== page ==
unmixed it contracts in drying and falls
to pieces, but by adding a certain
amount of sand the difficulty is ovfer- M
come, .me uisues iuub maue are nor
ous aud will no't hold water, and it wits
to counteract this that the Greeks ajcfd
Romans gave the ware a coating of wix
or similar substance. Porcelain or
chinaware was first introduced into
Lot No. 1 Contain puits north up
for $8 25.
Lot No. 2 Contain puits worth up
i Lot No. 3 Cont-tms'suits worth up
lor IO OO.
We have too many Ladles'
Gloth Suits and we are
getting -rid of them as fast
One hundred and eighty of
these suits we have divided
into three lots.
to $12.00. You can take your choice
to $2i:.00. You can tako your choico X
to $20.00. You can take your choico X
'R$ '5 5 y "3 !' P:
4l? 4ft $.-$ 4Ng 4tej, 4
-- - -" -
'.' -VI '
f- exhibits will be received by Mrs. Henry. Europe- from -J apAn by the Portuguese
M. Pillsbury, SOS Farwell avenue. Mil
waukee, Wisconsin. Zona Gale,
Chairman Press Committee.
The music department of the Lincoln
Woman's club held its last meetincr with
Miss Ida C. Young at her pleasant
home on Thirty-third street. The
subject for the afternoon was Beethoven
and was presented in the form of a
piano recital by Mrs. Henry P. Eames,
who played or sang the following com
positions: Sonata E flat opus 7, Molto allegro
con brio; Largo Rondo.
Sonata C minor, opus 13, Grave-Molto
allegro Adagio Rondo.
Songs "The Minstrel's Ghost," "The
Minstrel Boy," "Nature's Adoration."
Sonata D minor, opus 13, No. 2, Al
legro Adagio Allegretto.
Ices were terved at the close of the
pleasant informal recital, by Miss
Young, assisted by Mrs. Eames. This
department has been very enthusiastic
and has done much profitable work the
past year. Sincere regrets were ex
pressed by the members that the year's
work had come to a close.
The members of the art department of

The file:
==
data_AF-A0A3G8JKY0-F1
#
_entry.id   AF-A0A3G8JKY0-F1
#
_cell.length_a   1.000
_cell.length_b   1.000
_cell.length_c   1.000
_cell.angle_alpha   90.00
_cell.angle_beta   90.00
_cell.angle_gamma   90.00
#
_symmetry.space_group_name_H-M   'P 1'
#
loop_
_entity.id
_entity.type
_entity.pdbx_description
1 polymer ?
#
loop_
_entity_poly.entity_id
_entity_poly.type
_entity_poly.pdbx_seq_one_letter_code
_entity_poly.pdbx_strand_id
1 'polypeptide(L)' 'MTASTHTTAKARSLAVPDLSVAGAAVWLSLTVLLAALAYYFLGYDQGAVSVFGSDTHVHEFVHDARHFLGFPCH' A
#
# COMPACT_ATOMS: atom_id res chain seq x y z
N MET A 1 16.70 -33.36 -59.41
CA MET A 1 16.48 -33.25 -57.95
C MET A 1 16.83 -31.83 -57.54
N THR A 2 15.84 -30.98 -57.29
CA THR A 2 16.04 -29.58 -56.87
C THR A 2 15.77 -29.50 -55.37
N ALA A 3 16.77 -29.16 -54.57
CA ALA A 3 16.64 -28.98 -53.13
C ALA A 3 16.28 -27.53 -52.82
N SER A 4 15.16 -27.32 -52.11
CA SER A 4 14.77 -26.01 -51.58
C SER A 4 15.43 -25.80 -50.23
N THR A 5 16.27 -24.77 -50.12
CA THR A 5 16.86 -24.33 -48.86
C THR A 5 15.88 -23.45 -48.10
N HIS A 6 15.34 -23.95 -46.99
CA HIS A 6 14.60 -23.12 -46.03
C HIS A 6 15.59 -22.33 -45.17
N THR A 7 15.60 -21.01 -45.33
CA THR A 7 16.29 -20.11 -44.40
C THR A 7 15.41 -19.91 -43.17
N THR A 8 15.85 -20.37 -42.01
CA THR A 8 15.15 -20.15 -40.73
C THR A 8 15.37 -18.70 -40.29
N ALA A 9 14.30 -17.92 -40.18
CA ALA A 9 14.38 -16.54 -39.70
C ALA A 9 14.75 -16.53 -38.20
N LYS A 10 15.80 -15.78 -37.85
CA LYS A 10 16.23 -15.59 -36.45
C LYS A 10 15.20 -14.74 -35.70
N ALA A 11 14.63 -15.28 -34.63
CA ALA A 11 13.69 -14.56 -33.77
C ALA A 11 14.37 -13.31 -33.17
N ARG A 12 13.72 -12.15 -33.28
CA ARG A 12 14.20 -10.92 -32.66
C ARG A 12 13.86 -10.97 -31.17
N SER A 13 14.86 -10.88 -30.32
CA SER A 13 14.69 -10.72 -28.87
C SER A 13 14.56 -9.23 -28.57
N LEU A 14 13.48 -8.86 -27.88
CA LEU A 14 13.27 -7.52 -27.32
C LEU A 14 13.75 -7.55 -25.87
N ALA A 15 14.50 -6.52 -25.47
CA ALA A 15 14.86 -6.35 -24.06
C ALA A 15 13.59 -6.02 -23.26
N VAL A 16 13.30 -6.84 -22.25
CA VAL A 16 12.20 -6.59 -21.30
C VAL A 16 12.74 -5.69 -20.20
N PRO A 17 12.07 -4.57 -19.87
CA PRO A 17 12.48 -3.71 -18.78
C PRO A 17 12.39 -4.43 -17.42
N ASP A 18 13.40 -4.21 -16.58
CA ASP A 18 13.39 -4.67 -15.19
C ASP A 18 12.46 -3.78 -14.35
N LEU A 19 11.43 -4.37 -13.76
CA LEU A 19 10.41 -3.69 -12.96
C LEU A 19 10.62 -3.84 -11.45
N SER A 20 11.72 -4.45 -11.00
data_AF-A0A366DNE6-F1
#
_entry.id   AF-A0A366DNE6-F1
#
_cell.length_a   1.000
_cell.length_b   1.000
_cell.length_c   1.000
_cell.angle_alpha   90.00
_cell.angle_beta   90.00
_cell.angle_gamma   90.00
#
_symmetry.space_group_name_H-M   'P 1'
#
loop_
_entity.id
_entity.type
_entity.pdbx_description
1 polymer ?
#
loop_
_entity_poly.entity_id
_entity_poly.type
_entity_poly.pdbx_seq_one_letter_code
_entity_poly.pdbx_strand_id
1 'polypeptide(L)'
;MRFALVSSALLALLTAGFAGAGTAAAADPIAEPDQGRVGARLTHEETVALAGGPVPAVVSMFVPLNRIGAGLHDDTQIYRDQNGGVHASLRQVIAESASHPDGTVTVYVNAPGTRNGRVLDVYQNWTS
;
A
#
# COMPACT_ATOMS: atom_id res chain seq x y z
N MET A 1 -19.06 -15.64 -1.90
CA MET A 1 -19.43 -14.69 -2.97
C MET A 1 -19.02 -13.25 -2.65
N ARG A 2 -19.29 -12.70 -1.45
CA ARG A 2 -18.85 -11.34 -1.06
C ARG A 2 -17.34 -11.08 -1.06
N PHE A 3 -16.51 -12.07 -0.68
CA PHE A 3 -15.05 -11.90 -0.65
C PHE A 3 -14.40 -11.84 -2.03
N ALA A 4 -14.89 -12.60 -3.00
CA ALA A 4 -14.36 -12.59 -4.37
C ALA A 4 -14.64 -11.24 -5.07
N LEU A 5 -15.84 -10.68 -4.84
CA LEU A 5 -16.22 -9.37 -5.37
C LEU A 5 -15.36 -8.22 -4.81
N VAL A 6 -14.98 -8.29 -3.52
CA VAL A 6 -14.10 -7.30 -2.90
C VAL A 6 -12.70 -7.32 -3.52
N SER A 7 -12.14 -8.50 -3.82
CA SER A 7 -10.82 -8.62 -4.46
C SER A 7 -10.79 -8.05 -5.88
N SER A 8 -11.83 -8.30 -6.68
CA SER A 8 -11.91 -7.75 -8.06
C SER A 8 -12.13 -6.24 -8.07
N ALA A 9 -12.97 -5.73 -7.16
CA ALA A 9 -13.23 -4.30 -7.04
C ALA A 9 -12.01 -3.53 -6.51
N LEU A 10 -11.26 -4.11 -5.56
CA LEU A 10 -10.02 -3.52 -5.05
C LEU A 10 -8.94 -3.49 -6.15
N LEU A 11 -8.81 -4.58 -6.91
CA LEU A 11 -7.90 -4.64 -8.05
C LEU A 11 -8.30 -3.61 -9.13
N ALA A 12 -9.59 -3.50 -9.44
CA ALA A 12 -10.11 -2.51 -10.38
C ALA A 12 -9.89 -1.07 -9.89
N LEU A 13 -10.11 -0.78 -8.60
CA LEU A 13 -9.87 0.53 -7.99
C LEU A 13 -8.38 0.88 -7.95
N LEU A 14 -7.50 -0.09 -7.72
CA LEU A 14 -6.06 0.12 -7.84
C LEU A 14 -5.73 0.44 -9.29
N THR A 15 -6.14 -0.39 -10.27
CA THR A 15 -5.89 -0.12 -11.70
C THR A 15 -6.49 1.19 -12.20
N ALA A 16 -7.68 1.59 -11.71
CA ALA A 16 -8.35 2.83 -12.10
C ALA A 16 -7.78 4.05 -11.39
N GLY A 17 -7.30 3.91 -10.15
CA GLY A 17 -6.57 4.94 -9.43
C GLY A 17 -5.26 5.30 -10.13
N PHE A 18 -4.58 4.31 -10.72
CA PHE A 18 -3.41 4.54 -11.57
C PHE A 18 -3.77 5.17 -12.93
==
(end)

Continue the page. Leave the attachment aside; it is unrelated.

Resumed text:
the Lincoln Woman's club who attecd-
in 1520. Stoneware was made in Eu
rope at an early date. The great aim of
English potters has been to make and
perfect a pure white earthenware.
Wedgwood introduced the cream-colored
ware, called queensware, which is
still largely used. Of all the English
potters Wedgwood was without doubt
the greatest. He invented eight or
nine different kinds of ware, the most
noted being queensware, the jasper or
Wedgwood, and the black basalt, which
he himself liked best of all; the Royal
Worcester, Crown Derby, Menton, Coal
port, Coapland and Doulton are all from
English potters. Every piece of Royal
Worcester is stamped, registered and
numbered. The French porcelains were
described. The Limoges or Haviland
china, with which we are all so familiar,
the beautiful Sevres, which commands
very high prices and is quite beyond
the means of ordinary purchasers. The
marks of this factory are various; at the
present time the porcelain bears the
monogram "F. R.'' French Republic.
The famous Dresden china of Germany,
the beautiful oriental pottery of Hun
gary and the exquisite Delft ware of
Holland were described. The Rook
wood, which has been mentioned before,
is an American production, and ranks
(Continued on Page 10 )
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f A A V P P Q etld he ourJer3rDurI'EGAr. NOTICES
L VY I 12 10"" files are kept in fire proof buildings.
It- l-f rJVyiTM Girdles at 38c; Chatelaines.
Irt H I H Vl I ll I T Pine- 5cdoz.; caff buttons 1